Arden presents the plays alphabetically without any attempt to construct an overall chronology. Oxford, Riverside, Norton and RSC all present chronologies which differ from one another and which attempt to construct only approximate dating. The following list adopts the Oxford Shakespeare chronology, although none of the major chronologies has any real authority over any of the others.
- First official record: in Francis Meres' Palladis Tamia (1598), referred to as "Gētlemē of Verona."
- First published: First Folio (1623).
- First recorded performance: an adaptation by Benjamin Victor was performed at Drury Lane in 1762. The earliest known performance of the straight Shakespearean text was at Covent Garden on 15 April 1784, although because of the reference to the play in Palladis Tamia, we know it was definitely performed in Shakespeare's lifetime.
- Evidence: Stanley Wells argues that the play's "dramatic structure is comparatively unambitious, and while some of its scenes are expertly constructed, those involving more than, at the most, four characters betray an uncertainty of technique suggestive of inexperience." As such, the play is considered one of the first Shakespeare composed upon arriving in London c.1590, at which point he would have lacked theatrical experience. Furthermore, the discussion between Launce and Speed regarding the vices and virtues of Launce's mistress (3.1.276-359) seems to borrow from John Lyly's Midas, which was written in late 1588 and/or early 1589, thus fixing a terminus post quem for the play. This situates the date of composition as somewhere between 1589 and 1591, by which time it is known Shakespeare was working on the Henry VI plays. In his 2008 edition of the play for the Oxford Shakespeare, Roger Warren, following E.A.J. Honigmann, suggests Shakespeare may have written the play prior to his arrival in London, possibly as early as 1587, although he acknowledges this theory is purely speculative.
1596 second quarto of A Shrew
- First official record: possible version of the play entered into Stationers' Register by Peter Short on 2 May 1594 as "a booke intituled A plesant Conceyted historie called the Tayminge of a Shrowe." First record of the play as it exists today is found in the First Folio (1623).
- First published: possible version of the play published in quarto in 1594 as A Pleasant Conceited Historie, called The taming of a Shrew (printed by Peter Short for Cuthbert Burby). This text was republished in 1596 (again by Short for Burby) and 1607 (by Valentine Simmes for Nicholas Ling). The play as it exists today was first published in the First Folio as The Taming of the Shrew.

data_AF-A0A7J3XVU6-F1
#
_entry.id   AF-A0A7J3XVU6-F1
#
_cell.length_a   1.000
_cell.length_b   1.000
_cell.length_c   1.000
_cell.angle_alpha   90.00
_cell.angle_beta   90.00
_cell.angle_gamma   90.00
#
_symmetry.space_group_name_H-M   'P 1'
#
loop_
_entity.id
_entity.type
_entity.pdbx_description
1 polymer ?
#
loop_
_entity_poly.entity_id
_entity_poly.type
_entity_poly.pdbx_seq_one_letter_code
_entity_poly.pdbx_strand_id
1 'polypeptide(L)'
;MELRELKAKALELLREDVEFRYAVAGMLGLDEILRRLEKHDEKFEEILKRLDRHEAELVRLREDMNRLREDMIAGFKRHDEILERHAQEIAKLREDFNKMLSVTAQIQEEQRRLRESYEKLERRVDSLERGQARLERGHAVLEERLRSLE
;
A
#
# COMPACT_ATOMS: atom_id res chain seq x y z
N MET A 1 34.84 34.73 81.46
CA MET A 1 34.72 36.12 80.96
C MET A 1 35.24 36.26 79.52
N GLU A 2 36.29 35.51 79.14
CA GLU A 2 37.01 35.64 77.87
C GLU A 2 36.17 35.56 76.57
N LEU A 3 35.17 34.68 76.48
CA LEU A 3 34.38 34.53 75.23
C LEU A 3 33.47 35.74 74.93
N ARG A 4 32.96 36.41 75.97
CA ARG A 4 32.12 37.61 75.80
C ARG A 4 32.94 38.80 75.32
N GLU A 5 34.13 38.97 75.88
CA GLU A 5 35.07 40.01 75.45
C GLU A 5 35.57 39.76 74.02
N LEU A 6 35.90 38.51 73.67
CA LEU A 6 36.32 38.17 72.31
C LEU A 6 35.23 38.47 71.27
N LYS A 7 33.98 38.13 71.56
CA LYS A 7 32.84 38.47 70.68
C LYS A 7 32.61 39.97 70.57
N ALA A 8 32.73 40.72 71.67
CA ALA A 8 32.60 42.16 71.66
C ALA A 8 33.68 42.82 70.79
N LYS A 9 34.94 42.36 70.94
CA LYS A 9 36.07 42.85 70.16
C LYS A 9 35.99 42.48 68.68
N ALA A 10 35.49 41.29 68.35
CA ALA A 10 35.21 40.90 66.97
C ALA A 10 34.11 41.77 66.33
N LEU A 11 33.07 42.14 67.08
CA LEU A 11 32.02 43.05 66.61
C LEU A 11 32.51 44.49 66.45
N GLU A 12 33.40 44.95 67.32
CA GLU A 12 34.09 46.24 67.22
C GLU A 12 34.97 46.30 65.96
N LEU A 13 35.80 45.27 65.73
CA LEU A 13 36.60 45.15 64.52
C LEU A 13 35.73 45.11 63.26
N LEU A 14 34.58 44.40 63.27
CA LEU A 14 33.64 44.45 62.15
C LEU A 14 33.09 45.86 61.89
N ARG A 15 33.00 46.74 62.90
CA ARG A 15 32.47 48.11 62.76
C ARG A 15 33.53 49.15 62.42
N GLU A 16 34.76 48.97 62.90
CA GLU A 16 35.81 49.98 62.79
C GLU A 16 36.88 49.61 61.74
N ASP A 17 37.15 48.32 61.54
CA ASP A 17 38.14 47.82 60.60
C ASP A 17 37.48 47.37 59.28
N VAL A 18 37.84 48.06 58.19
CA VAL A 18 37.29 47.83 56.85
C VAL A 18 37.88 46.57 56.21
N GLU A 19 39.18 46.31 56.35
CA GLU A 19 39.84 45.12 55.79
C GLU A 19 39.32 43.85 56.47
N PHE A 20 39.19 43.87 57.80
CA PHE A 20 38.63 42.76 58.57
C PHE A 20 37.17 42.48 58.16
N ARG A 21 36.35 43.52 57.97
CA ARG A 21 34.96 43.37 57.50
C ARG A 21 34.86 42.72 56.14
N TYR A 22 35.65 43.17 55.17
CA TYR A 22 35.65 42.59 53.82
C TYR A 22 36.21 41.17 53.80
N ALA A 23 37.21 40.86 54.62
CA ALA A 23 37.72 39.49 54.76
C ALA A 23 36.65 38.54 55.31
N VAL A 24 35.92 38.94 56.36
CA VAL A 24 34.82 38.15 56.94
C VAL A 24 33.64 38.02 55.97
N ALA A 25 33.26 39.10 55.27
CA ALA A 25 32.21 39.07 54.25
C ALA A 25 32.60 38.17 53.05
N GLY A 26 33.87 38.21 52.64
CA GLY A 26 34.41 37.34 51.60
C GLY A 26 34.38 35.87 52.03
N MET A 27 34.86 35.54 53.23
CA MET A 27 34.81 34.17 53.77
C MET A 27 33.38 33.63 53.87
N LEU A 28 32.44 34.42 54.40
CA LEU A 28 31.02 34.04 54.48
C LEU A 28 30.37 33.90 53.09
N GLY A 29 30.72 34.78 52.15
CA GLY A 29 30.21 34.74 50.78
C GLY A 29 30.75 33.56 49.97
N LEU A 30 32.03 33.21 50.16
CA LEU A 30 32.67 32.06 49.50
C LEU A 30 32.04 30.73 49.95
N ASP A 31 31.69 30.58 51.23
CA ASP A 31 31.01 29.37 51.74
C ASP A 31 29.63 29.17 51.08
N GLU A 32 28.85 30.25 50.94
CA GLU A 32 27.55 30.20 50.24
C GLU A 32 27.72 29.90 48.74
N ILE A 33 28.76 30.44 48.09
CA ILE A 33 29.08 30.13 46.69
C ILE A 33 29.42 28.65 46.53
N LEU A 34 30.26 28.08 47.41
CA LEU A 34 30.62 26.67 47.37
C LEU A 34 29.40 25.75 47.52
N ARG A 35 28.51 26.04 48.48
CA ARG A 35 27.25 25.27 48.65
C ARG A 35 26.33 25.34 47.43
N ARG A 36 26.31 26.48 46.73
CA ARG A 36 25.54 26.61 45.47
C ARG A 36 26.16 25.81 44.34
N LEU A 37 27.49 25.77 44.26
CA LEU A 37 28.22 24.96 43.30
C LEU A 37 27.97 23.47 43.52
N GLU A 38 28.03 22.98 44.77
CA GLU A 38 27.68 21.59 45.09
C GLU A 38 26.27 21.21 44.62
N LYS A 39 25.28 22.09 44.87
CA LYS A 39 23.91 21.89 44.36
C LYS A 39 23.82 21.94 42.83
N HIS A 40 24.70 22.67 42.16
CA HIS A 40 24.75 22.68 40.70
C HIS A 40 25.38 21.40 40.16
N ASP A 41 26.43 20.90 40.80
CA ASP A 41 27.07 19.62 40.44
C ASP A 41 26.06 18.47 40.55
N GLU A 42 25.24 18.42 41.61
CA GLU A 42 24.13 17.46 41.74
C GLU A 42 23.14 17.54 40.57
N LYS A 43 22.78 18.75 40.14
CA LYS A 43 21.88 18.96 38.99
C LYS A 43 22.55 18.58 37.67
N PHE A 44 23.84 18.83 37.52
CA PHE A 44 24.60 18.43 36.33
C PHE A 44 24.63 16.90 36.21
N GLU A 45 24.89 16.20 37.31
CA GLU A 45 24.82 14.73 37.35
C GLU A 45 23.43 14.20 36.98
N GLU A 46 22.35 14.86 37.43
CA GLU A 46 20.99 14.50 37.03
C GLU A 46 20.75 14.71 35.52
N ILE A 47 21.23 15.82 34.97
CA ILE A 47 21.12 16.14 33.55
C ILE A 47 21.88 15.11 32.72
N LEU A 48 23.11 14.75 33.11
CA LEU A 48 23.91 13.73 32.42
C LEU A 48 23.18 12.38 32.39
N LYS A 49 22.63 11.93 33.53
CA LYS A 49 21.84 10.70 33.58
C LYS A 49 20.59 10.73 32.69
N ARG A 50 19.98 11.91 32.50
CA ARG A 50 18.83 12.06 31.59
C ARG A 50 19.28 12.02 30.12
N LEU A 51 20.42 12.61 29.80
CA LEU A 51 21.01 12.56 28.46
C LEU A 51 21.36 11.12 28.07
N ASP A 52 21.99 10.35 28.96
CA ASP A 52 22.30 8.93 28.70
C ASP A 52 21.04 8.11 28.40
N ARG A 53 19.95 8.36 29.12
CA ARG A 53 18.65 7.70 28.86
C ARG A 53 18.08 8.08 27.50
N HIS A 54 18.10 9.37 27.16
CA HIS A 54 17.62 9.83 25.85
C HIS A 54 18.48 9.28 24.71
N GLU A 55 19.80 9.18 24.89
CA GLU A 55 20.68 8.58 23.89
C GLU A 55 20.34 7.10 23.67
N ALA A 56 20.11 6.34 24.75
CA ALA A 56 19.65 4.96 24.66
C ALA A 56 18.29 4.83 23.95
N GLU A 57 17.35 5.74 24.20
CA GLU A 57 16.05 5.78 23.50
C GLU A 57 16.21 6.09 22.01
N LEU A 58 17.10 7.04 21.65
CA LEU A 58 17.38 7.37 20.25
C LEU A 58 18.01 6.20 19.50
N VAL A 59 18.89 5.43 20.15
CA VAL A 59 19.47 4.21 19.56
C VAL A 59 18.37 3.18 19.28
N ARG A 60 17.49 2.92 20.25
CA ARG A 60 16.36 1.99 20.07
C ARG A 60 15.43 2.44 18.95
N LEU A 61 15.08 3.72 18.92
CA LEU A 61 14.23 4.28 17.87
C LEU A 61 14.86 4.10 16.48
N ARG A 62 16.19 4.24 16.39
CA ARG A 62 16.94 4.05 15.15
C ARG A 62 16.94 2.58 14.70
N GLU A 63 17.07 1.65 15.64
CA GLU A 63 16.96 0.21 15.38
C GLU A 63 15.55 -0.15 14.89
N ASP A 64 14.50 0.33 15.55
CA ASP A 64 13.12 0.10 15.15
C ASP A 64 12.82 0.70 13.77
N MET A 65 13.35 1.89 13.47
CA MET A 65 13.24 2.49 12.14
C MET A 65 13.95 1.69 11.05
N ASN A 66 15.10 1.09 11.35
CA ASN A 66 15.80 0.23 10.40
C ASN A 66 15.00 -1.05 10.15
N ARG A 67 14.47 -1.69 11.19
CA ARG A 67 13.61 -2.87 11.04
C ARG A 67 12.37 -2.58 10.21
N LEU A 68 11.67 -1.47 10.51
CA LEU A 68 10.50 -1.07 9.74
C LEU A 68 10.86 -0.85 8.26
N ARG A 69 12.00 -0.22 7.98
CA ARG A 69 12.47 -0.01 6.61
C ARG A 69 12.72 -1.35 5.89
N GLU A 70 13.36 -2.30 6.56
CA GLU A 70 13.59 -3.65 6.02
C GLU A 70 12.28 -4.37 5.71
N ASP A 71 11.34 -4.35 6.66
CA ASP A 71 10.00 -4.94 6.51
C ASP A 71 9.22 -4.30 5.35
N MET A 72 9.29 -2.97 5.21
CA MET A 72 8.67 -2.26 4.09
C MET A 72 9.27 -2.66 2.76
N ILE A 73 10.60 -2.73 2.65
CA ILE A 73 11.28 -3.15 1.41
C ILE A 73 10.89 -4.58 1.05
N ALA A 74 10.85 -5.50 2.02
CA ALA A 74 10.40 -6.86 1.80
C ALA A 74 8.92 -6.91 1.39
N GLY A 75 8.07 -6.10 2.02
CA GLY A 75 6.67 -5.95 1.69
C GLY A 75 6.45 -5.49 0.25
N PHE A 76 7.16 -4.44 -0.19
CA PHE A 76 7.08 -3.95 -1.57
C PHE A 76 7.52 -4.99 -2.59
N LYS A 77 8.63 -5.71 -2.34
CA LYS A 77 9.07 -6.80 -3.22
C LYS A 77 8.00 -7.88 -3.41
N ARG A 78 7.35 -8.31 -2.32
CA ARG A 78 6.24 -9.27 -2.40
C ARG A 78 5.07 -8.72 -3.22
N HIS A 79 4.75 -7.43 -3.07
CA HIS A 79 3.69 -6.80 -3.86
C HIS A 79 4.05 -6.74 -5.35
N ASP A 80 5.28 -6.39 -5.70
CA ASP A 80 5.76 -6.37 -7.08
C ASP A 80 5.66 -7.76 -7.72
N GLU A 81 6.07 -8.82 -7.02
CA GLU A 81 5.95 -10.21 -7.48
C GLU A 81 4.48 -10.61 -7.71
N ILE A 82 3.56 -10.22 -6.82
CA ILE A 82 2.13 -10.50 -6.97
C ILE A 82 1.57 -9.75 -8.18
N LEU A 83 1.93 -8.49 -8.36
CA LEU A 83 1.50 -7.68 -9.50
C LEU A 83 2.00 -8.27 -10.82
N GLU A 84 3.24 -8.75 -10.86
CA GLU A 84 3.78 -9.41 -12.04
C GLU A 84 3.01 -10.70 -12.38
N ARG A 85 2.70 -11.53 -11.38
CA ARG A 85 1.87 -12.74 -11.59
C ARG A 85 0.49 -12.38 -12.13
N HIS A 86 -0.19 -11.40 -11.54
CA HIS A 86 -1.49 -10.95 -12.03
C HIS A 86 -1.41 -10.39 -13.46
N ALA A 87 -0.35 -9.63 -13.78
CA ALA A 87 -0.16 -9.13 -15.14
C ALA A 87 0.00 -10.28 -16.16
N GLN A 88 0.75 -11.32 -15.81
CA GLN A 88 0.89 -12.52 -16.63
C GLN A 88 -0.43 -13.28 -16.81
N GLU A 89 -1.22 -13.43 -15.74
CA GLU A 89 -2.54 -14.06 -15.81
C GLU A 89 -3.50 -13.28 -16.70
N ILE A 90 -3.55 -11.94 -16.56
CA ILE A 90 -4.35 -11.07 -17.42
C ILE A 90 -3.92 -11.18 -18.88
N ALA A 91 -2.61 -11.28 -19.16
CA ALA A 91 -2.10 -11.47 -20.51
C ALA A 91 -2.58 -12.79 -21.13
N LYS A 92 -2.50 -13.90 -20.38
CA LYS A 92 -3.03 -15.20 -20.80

- Additional information (publication): there is a general lack of scholarly agreement regarding the exact relationship between the 1594 A Shrew and the 1623 The Shrew. Originally, A Shrew was seen as a non-Shakespearean source for The Shrew, meaning The Shrew must have been completed sometime after 2 May 1594. This remained the predominant theory until 1850, when Samuel Hickson suggested that A Shrew was in some way derived from The Shrew. Peter Alexander developed Hickson's work into his reported text/bad quarto theory, which necessitates that The Shrew must have been written prior to 2 May 1594. However, there are other theories about the relationship between the texts. In 1942, R.A. Houk posited the "Ur-Shrew" theory, suggesting that the plays are two completely unrelated texts by different authors based on the same (now lost) source. In 1943, G.I. Duthie refined this theory, suggesting that A Shrew was a reported text of an early draft of The Shrew. In his 1998 edition of A Shrew for the New Cambridge Shakespeare: The Early Quartos series, Stephen Roy Miller suggested A Shrew was an adaptation of The Shrew written by someone other than Shakespeare. Critics remain divided on this issue.